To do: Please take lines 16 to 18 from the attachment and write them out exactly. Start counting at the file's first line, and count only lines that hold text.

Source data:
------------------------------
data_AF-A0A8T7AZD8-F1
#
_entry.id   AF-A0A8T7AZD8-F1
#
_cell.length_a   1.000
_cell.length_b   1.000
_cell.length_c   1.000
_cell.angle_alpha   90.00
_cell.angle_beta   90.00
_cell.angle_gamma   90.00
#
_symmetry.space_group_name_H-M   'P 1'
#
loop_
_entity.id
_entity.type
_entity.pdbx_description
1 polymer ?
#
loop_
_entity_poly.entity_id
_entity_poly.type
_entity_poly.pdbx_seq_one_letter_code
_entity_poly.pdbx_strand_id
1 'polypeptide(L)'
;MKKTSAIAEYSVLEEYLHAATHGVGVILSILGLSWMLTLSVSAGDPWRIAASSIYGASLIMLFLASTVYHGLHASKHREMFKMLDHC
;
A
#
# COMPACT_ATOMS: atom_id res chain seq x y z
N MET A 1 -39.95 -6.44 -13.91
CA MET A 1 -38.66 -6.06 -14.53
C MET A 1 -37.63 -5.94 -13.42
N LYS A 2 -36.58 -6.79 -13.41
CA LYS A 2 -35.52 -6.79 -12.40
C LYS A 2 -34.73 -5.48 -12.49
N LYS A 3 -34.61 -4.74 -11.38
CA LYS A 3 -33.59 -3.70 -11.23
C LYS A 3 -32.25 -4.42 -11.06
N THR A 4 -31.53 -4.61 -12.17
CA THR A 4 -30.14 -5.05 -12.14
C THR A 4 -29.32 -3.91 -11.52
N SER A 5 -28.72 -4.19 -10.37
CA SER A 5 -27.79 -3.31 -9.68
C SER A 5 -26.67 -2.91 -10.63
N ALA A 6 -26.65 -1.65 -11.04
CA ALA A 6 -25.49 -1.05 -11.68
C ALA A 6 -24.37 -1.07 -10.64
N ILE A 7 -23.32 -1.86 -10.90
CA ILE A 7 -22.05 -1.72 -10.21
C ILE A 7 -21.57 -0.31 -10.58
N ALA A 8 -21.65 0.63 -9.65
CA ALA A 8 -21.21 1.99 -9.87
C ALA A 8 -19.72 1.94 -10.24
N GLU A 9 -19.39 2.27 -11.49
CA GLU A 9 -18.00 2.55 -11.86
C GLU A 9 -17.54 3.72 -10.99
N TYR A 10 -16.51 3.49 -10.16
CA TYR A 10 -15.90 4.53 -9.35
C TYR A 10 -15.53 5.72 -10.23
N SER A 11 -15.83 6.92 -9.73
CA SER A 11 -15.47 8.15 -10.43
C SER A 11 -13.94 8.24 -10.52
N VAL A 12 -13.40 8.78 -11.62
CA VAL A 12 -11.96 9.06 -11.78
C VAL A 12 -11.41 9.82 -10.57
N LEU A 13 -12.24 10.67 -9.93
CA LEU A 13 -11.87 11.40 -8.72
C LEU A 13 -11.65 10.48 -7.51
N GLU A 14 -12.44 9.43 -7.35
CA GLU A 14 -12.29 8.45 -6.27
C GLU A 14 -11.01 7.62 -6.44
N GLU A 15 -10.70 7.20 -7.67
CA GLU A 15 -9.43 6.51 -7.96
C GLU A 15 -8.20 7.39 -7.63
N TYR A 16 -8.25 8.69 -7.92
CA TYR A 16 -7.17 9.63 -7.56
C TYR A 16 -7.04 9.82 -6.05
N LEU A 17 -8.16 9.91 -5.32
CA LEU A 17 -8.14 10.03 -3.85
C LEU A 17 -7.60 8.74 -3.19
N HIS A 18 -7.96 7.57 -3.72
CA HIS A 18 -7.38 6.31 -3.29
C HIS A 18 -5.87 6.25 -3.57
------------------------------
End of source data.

_entity.type
_entity.pdbx_description
1 polymer ?